During the sixteen years Miss Johnson was travelling she had many varied and interesting experiences. She has driven up the old Battleford trail before the railroad went through, and across the Boundary country in British Columbia in the romantic days of the early pioneers; and once she took an 850-mile drive up the Cariboo trail to the gold-fields. She was always an ardent canoeist, ran many strange rivers, crossed many a lonely lake, and camped in many an unfrequented place. These venturous trips she took more from her inherent love of nature and of adventure than from any necessity of her profession.
After an illness of two years' duration Miss Johnson died in Vancouver on March 7, 1913. The heroic spirit in which she endured long months of suffering is expressed in her poem entitled "And He Said 'Fight On'" which she wrote after she was informed by her physician that her illness would prove fatal.
Time and its ally, Dark Disarmament
Have compassed me about;
Have massed their armies, and on battle bent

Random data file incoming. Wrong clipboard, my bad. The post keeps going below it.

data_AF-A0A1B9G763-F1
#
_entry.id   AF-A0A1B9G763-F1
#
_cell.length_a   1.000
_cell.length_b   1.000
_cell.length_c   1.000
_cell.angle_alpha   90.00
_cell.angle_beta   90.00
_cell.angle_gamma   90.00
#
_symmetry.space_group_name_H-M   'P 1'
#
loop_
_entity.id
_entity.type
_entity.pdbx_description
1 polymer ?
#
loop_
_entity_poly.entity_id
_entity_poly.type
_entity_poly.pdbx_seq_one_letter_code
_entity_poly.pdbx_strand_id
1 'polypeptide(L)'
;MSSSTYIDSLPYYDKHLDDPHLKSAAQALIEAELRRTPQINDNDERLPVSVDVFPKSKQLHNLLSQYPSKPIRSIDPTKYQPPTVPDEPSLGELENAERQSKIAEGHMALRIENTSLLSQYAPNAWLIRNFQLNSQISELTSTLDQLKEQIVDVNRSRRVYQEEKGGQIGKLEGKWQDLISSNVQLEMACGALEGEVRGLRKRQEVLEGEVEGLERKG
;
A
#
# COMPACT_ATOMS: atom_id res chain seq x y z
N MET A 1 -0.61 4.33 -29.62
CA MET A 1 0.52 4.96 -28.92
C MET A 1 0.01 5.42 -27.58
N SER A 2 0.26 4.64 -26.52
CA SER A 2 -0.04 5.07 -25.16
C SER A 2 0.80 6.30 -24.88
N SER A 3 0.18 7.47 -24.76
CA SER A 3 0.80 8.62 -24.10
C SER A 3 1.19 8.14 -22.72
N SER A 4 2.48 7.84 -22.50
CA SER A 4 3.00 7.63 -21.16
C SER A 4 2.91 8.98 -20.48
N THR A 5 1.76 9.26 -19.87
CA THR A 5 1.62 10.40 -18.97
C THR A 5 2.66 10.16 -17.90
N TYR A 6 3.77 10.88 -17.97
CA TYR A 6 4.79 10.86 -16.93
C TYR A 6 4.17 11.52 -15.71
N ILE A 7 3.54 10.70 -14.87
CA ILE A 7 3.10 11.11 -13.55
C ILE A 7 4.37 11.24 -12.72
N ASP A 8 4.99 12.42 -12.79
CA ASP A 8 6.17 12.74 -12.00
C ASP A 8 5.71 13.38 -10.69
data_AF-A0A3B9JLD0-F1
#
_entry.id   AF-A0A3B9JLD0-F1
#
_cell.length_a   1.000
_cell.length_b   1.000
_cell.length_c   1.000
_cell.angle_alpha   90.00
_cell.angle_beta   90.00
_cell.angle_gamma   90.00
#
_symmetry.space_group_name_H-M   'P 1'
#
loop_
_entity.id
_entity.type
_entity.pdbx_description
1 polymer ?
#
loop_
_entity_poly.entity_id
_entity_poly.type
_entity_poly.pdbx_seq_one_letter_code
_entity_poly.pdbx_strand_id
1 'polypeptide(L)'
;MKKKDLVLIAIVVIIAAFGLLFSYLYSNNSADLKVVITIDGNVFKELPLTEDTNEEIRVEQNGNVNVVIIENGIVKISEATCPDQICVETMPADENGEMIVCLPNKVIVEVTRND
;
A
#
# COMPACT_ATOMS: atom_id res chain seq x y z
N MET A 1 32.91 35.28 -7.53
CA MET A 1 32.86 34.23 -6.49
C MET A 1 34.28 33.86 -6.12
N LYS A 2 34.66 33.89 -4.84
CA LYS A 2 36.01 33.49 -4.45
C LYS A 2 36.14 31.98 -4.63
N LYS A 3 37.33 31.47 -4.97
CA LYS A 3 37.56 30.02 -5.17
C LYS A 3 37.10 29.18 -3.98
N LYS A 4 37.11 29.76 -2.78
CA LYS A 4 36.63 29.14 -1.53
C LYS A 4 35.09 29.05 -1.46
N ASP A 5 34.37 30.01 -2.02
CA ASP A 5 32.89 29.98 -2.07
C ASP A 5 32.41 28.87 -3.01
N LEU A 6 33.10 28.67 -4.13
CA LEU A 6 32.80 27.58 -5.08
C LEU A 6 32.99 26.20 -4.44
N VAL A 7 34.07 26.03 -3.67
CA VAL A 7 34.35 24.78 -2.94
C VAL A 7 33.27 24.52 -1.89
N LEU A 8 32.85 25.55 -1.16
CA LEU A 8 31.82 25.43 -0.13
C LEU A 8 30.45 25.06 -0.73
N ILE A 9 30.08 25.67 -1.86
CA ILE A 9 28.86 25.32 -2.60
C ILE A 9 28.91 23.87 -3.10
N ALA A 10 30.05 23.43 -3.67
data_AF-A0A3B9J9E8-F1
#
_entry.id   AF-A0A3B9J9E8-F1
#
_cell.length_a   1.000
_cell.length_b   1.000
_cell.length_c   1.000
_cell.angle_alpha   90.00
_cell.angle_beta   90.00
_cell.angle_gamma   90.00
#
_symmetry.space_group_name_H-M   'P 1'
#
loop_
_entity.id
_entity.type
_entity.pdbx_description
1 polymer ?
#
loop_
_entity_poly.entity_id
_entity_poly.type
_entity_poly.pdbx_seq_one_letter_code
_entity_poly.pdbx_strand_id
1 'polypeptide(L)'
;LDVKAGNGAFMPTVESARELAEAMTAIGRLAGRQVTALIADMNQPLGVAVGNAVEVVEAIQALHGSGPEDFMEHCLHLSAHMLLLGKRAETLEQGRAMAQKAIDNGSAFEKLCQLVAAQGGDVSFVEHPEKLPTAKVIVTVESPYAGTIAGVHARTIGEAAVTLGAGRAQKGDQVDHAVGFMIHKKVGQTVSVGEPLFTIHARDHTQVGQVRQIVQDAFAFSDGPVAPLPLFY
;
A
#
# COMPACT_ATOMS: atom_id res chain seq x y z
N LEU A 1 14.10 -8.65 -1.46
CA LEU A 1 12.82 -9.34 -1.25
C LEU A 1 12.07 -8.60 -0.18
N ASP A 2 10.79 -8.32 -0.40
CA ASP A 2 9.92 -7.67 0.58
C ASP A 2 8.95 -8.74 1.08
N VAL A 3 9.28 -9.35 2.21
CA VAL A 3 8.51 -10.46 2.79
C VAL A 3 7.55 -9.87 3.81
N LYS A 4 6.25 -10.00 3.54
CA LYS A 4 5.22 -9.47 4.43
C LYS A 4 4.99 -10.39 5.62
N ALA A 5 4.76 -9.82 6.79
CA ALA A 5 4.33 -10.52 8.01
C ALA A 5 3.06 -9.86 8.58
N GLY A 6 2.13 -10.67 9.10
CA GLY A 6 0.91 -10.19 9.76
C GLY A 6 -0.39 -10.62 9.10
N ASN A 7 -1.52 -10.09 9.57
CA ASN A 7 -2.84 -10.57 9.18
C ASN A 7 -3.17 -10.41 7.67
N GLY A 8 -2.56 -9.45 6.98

My forces put to rout,
But though I fight alone, and fall, and die,
Talk terms of Peace? Not I.
It is eminently fitting that this daughter of Nature should have been laid to rest in no urban cemetery. According to her own request she was buried in Stanley Park, Vancouver's beautiful heritage of the forest primeval. A simple stone surrounded by rustic palings marks her grave and on this stone is carved the one word "Pauline." There she lies among ferns and wild flowers a short distance from Siwash Rock, the story of which she has recorded in the legends of her race. In time to come a pathway to her grave will be worn by lovers of Canadian poetry who will regard it as one of the most romantic of our literary shrines.